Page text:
A very popular point puts changes of the Arctic sea ice into a historic perspective and claims 'there always have been natural variations'. Just like ebb and flow sea ice will come and go - nothing special.

The opposite states the abstract of the 'History of sea ice in the Arctic':

The current reduction in Arctic ice cover started in the late 19th century, consistent with the rapidly warming climate, and became very pronounced over the last three decades. This ice loss appears to be unmatched over at least the last few thousand years and unexplainable by any of the known natural variabilities.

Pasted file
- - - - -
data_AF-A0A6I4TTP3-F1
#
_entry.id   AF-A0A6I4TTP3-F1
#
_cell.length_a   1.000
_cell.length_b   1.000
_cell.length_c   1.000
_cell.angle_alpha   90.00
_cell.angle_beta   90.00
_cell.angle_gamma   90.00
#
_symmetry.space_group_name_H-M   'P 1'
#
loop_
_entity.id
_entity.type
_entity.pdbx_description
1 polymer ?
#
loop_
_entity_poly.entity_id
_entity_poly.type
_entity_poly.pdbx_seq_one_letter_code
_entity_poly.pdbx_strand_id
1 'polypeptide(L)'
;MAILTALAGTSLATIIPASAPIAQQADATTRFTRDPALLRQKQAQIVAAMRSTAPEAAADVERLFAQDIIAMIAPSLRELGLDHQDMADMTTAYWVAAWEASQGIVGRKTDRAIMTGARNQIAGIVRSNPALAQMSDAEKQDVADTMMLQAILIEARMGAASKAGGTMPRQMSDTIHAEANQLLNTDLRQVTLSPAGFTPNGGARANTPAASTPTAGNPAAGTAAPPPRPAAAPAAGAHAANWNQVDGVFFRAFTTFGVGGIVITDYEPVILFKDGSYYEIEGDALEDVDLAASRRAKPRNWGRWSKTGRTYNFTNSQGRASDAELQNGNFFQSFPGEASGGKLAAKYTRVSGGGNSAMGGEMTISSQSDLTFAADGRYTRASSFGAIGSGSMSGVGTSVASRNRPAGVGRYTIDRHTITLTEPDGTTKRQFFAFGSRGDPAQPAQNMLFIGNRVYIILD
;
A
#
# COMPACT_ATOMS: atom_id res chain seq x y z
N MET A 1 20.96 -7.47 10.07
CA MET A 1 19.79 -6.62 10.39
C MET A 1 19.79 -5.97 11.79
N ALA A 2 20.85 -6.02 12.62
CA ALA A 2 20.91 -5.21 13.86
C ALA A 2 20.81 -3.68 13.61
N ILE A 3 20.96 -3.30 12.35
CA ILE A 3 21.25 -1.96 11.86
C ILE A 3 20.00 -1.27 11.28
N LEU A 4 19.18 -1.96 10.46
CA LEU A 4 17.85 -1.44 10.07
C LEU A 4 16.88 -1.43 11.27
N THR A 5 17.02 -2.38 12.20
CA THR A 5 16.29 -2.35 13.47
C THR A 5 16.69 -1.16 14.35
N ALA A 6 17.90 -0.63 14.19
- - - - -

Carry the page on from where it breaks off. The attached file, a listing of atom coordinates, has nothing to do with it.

The question is how does the signal of recent decline compares to known variations and a new papers by Christophe Kinnard and colleagues nicely visualizes this aspect. 'Reconstructed changes in Arctic sea ice over the past 1,450 years' describes the use of a network of high-resolution terrestrial proxies from the circum-Arctic region to reconstruct past extents of summer sea ice.

Check out the course of the top curve and then try to accept the Deluge as a matter of ebb and flow.

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